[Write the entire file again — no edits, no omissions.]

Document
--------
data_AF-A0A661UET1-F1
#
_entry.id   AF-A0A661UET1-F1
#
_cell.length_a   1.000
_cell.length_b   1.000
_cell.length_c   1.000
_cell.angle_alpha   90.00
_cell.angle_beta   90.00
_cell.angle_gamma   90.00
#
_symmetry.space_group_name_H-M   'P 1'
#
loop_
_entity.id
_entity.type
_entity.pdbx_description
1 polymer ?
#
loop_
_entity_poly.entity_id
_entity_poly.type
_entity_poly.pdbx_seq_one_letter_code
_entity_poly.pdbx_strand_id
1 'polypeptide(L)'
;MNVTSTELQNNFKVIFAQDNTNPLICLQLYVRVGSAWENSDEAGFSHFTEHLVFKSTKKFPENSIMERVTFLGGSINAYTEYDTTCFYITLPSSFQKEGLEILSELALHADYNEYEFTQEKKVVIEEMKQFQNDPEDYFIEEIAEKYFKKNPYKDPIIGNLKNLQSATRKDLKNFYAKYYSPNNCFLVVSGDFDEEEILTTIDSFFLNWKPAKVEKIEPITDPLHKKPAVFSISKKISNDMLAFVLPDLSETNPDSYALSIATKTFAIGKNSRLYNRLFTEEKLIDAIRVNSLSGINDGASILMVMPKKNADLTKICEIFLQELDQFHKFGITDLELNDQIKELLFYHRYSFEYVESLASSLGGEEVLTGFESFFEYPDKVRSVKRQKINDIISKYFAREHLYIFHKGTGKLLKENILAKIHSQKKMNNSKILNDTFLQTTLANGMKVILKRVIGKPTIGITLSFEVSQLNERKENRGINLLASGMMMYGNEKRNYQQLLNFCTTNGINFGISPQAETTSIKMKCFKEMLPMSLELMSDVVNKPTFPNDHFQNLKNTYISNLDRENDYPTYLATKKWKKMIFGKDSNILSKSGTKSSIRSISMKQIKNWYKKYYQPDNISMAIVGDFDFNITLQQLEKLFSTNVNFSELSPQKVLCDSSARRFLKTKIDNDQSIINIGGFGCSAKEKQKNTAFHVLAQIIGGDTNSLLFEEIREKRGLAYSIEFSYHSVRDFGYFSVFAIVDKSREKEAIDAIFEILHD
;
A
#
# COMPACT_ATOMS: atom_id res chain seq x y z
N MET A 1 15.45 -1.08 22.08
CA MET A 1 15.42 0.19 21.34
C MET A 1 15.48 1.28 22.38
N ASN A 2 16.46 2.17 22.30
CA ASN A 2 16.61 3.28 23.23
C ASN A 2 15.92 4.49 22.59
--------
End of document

data_AF-A0A661UET1-F1
#
_entry.id   AF-A0A661UET1-F1
#
_cell.length_a   1.000
_cell.length_b   1.000
_cell.length_c   1.000
_cell.angle_alpha   90.00
_cell.angle_beta   90.00
_cell.angle_gamma   90.00
#
_symmetry.space_group_name_H-M   'P 1'
#
loop_
_entity.id
_entity.type
_entity.pdbx_description
1 polymer ?
#
loop_
_entity_poly.entity_id
_entity_poly.type
_entity_poly.pdbx_seq_one_letter_code
_entity_poly.pdbx_strand_id
1 'polypeptide(L)'
;MNVTSTELQNNFKVIFAQDNTNPLICLQLYVRVGSAWENSDEAGFSHFTEHLVFKSTKKFPENSIMERVTFLGGSINAYTEYDTTCFYITLPSSFQKEGLEILSELALHADYNEYEFTQEKKVVIEEMKQFQNDPEDYFIEEIAEKYFKKNPYKDPIIGNLKNLQSATRKDLKNFYAKYYSPNNCFLVVSGDFDEEEILTTIDSFFLNWKPAKVEKIEPITDPLHKKPAVFSISKKISNDMLAFVLPDLSETNPDSYALSIATKTFAIGKNSRLYNRLFTEEKLIDAIRVNSLSGINDGASILMVMPKKNADLTKICEIFLQELDQFHKFGITDLELNDQIKELLFYHRYSFEYVESLASSLGGEEVLTGFESFFEYPDKVRSVKRQKINDIISKYFAREHLYIFHKGTGKLLKENILAKIHSQKKMNNSKILNDTFLQTTLANGMKVILKRVIGKPTIGITLSFEVSQLNERKENRGINLLASGMMMYGNEKRNYQQLLNFCTTNGINFGISPQAETTSIKMKCFKEMLPMSLELMSDVVNKPTFPNDHFQNLKNTYISNLDRENDYPTYLATKKWKKMIFGKDSNILSKSGTKSSIRSISMKQIKNWYKKYYQPDNISMAIVGDFDFNITLQQLEKLFSTNVNFSELSPQKVLCDSSARRFLKTKIDNDQSIINIGGFGCSAKEKQKNTAFHVLAQIIGGDTNSLLFEEIREKRGLAYSIEFSYHSVRDFGYFSVFAIVDKSREKEAIDAIFEILHD
;
A
#
# COMPACT_ATOMS: atom_id res chain seq x y z
N MET A 1 15.45 -1.08 22.08
CA MET A 1 15.42 0.19 21.34
C MET A 1 15.48 1.28 22.38
N ASN A 2 16.46 2.17 22.30
CA ASN A 2 16.61 3.28 23.23
C ASN A 2 15.92 4.49 22.59